Submitted by HorseYard Editor on Tue, 2009-04-14 10:06
Do you have trouble achieving a good seat on a horse? This is a very common problem with riders of all levels. Sometimes it seems that the harder you try the more unobtainable those quiet long legs, still upper body and good hands become.
Submitted by HorseYard Editor on Thu, 2009-01-08 16:26
Almost any horse owner will agree that a horse is a herd animal but many do not really understand what this entails. A fuller understanding means that horse management systems can be designed to incorporate rather than ignore these basic facts about horse behviour. In this age of enlightenment more and more people are willing and actually want to improve the ‘lifestyle’ of the horses in their care both for the welfare benefits and the improvement in performance that results from a healthier horse.
Submitted by HorseYard Editor on Mon, 2009-04-20 15:22
Last week’s article outlined the steps that need to be taken in order to gain an independent seat. The article also stated that the first step towards gaining an independent seat is to learn how to stabilise the lower leg. A good balanced rider has a stable lower leg and can move the upper body around over the lower leg without loss of balance. A not so balanced rider tends to use the lower leg to compensate for any upper body movements. This causes the rider to become unstable.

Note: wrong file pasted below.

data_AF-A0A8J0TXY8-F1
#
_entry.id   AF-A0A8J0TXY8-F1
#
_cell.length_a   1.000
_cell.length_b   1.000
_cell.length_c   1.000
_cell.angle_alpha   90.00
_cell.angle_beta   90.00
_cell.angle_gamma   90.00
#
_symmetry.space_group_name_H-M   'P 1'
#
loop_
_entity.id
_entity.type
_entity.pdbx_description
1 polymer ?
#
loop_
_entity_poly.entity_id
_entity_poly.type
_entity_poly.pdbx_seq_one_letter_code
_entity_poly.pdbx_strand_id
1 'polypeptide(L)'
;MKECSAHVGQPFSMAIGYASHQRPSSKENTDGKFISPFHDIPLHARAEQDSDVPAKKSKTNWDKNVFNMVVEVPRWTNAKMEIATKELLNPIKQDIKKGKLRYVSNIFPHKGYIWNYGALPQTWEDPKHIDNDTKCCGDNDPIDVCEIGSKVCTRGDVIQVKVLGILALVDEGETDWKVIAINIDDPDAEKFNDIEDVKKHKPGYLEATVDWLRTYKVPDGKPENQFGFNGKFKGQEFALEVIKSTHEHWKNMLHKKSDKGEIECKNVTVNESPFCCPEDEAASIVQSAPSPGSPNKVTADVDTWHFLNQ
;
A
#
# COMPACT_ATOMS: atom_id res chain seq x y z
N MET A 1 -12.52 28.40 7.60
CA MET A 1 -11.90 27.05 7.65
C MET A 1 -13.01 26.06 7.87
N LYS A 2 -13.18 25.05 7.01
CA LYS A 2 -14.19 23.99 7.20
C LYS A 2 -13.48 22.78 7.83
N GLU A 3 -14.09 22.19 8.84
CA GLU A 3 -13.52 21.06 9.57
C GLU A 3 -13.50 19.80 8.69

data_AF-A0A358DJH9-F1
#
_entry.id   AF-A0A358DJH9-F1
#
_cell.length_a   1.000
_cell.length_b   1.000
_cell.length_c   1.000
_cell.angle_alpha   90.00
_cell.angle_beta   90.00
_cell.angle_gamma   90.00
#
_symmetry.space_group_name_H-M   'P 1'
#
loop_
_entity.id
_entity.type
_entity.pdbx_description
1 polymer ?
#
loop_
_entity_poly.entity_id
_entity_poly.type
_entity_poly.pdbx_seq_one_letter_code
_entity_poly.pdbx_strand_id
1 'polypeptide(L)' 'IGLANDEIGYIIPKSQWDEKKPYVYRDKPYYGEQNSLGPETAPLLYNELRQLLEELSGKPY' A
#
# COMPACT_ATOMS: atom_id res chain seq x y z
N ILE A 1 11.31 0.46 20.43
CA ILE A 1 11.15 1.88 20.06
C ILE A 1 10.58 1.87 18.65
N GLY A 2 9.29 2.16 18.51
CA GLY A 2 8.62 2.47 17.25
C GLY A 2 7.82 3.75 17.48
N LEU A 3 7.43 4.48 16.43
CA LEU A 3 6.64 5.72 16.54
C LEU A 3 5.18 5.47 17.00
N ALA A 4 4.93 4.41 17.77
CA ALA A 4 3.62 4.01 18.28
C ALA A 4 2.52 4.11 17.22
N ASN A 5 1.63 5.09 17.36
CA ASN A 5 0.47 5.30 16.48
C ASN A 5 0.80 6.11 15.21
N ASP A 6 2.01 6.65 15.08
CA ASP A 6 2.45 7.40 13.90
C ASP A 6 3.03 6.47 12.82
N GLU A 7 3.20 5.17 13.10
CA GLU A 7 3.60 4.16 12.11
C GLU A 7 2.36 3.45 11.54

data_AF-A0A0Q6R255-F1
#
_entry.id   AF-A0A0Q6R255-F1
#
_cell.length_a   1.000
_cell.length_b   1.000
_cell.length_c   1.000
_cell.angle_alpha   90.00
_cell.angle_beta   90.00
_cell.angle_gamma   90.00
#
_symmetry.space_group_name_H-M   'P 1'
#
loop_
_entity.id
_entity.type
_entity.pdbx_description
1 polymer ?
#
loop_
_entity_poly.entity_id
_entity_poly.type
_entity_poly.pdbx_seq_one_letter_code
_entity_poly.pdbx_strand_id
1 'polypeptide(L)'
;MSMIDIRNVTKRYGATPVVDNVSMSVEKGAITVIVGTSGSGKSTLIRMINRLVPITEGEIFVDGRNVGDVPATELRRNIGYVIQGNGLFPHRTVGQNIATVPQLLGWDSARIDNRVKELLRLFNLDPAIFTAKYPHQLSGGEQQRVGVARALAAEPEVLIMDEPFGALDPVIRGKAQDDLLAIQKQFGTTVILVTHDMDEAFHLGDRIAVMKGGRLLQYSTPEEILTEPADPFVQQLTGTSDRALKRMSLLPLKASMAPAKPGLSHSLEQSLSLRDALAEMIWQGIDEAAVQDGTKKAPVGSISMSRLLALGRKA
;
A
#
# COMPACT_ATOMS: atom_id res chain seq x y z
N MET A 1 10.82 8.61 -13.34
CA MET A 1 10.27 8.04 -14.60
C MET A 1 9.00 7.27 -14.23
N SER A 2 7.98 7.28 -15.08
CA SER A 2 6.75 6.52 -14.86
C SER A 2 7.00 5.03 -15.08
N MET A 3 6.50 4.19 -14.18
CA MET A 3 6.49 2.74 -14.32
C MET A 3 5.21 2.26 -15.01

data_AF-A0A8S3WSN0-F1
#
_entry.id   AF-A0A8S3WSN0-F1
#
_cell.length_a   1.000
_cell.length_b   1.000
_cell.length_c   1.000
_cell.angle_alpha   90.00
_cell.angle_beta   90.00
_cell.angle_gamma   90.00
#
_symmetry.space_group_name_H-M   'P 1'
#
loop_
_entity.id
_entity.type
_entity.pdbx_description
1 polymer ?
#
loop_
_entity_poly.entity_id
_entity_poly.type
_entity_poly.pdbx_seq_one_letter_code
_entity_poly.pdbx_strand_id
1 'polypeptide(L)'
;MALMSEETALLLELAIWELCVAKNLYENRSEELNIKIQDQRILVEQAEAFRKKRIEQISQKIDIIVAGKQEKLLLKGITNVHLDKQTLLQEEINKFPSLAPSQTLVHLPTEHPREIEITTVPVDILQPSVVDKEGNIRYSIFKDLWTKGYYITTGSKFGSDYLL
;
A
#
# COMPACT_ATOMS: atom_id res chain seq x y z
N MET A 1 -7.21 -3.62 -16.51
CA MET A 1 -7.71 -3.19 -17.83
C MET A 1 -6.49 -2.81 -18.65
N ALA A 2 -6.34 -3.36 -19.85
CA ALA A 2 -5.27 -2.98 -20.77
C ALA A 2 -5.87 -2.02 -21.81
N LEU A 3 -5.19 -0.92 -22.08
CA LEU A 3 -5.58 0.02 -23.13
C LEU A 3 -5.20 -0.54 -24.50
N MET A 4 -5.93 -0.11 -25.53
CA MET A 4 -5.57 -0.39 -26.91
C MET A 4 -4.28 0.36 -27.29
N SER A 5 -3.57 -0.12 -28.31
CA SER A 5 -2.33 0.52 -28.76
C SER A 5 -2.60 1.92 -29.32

Submitted by HorseYard Editor on Sun, 2009-02-01 13:29
The time budget is the amount of time an animal spends doing the things it has to do throughout the day. Feral/wild animals including equines have been studied in order to discover what the ‘time-budget’ is for that particular species.
Submitted by HorseYard Editor on Mon, 2009-04-27 10:57
If you have been following the previous articles you should now be able to walk and trot standing in the stirrups while balancing on the horse, using a neck strap for support. You may also be able to stay in this position without having to use the neck strap. You should now be able to absorb the movements of the horse into the hip, knee and ankle joints.
Submitted by HorseYard Editor on Fri, 2009-02-13 15:22
The valuable by-product, manure, is often considered a waste or, at best, a nuisance to dispose of. Yet most horse properties, including small ones, can use this manure to their advantage, it just takes a little time and planning.
Manure Management Options Several options are open to you to manage any manure that is collected from stables, yards and paddocks. These options include: • collected manure can be composted to spread later on paddocks and gardens or stored to be sold
Submitted by HorseYard Editor on Mon, 2009-02-23 11:06
Caring for your property is as important as caring for your horse. This can also be as rewarding as caring for your horse once you have the requisite knowledge and skills. Horses are not native to Australia. This means that horses have a huge impact on the environment if they are not managed well.
Submitted by HorseYard Editor on Mon, 2009-05-11 14:39
With this article I have chosen to start with ankles as this is an area of the riders body that gets most neglected and is yet vitally important. Conversely it is an area that once improved can rapidly lead to a better position, balance and security and of course an independent seat.
Submitted by HorseYard Editor on Tue, 2009-03-03 12:48
Designing your own horse property can be very rewarding, but it can also be frustrating because if you make the wrong decisions you have to live with them. The more time spent in planning and preparation will lead to more informed decision making. So take your time and gather as much information as possible. You won’t regret it.
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